In 2054, Paris is a labyrinth where all movement is monitored and recorded. Casting a shadow over everything is the city's largest company, Avalon, which insinuates itself into every aspect of contemporary life to sell its primary export, youth and beauty. In this world of stark contrasts and rigid laws, the populace is kept in line and accounted for.
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Paris, 2054: a dark motion-captured world of shadows and right angles. Ilona Tasuiev, a brilliant young scientist, is kidnapped, and her employer, Avalon, a major health and beauty corporation, wants her found. Karas, a jaded police captain, is assigned to find her, fast. He seeks help from her sister, Bislane, and they are soon uncovering identify theft, missing files, and hints that something back in 2006 may explain what's going on. Ilona's mentor, Avalon's vice president, a Japanese researcher, an underworld boss, and Bislane's drug connection all figure in the mix. So does an attraction between Karas and Bislane. What's behind the kidnapping? Who's the victim? Written by
The movie is set in 2054, this is shown at the beginning, where the date "Oct 12 2054" is given in the Avalon advertisement. Throughout the movie, Ilona is said to be 22 years old, so she should be born around 2034. However, when she is abducted in the beginning, her passport is falling to the ground and her date of birth is visible as "24/06/2020". So either the movie plays in 2042 or the d.o.b. in her passport is wrong. See more »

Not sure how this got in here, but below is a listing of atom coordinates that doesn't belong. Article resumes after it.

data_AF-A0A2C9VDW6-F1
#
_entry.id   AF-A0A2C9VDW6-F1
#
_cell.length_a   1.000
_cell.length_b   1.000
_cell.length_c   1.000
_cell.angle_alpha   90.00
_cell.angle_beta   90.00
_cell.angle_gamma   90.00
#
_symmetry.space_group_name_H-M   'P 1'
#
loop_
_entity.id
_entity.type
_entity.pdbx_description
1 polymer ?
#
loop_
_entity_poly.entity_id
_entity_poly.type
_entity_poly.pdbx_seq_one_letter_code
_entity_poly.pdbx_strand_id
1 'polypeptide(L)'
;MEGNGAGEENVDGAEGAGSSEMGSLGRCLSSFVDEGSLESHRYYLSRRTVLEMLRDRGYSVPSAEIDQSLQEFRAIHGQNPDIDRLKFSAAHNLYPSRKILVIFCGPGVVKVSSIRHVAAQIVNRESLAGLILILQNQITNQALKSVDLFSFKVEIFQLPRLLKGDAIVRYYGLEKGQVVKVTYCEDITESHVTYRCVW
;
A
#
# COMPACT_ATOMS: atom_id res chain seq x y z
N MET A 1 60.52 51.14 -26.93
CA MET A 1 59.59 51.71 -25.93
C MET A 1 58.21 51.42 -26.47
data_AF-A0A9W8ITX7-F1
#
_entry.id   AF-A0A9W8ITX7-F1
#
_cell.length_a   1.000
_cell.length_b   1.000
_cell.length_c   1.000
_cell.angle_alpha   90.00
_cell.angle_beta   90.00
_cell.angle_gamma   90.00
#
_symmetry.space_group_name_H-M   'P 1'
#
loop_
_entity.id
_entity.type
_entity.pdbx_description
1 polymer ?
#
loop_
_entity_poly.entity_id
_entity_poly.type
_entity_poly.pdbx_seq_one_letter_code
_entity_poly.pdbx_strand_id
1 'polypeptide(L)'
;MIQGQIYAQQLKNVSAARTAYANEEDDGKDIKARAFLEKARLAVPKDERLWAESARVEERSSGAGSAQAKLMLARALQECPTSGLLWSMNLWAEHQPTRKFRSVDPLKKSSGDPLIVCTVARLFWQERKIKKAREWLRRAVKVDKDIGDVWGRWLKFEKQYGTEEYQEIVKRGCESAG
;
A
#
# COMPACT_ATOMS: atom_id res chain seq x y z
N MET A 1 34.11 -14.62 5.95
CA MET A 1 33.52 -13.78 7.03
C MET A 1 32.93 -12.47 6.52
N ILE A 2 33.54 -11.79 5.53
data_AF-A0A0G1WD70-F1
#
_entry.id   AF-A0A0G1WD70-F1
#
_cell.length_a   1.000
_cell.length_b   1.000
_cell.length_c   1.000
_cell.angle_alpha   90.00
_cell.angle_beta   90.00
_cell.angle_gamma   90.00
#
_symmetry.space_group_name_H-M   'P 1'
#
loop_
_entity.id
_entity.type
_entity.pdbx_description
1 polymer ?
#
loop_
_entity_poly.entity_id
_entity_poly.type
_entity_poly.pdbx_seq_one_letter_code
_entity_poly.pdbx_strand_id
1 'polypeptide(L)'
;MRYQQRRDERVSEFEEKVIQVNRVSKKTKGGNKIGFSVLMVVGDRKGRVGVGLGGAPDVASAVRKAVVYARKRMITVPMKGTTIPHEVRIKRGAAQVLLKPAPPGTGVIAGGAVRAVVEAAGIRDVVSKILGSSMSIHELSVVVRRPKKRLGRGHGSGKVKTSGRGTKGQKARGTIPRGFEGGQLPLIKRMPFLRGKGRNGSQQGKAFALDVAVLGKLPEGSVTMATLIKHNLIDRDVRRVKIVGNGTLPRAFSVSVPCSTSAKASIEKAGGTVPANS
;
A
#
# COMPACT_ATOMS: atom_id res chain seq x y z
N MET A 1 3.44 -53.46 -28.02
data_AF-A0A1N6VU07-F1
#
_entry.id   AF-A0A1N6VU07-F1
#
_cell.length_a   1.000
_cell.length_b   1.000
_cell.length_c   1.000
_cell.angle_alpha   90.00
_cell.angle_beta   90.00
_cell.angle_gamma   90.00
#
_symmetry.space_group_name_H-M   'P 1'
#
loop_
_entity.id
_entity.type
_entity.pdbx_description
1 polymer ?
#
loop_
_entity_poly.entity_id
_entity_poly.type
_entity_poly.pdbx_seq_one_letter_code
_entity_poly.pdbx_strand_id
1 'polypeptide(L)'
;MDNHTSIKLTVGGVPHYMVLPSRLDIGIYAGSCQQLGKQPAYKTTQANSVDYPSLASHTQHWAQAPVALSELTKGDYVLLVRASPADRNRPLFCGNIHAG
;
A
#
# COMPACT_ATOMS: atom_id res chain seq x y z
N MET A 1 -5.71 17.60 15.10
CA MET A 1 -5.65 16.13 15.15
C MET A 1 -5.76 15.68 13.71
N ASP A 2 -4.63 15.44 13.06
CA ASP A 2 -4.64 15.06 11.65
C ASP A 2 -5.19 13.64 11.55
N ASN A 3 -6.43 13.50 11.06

I highly recommend this film. Set in the Bladerunner-esquire future of 2054 Paris, it is in most respect a classic film noir script: lady in peril, sister trying to find her, honest cop fighting everyone. Luckily, it avoids being stereotypical, and combines a pretty good storyline with interesting, innovative visuals. The film might remind you of Sin City in look, but it has an even sharper, even more graphic novel look that I found really compelling. Each frame, each sequence seems like it could have been pulled from the desk of a skilled graphic designer. In terms of story and artwork, you can find nods going back to the nineteen forties (or even earlier with the classic views of the Eiffel Tower and Sacre Couer) and movies like Casablanca, as well as looking toward a grim future where our destines are ruled by corporations. Make any excuse you need to see this film.
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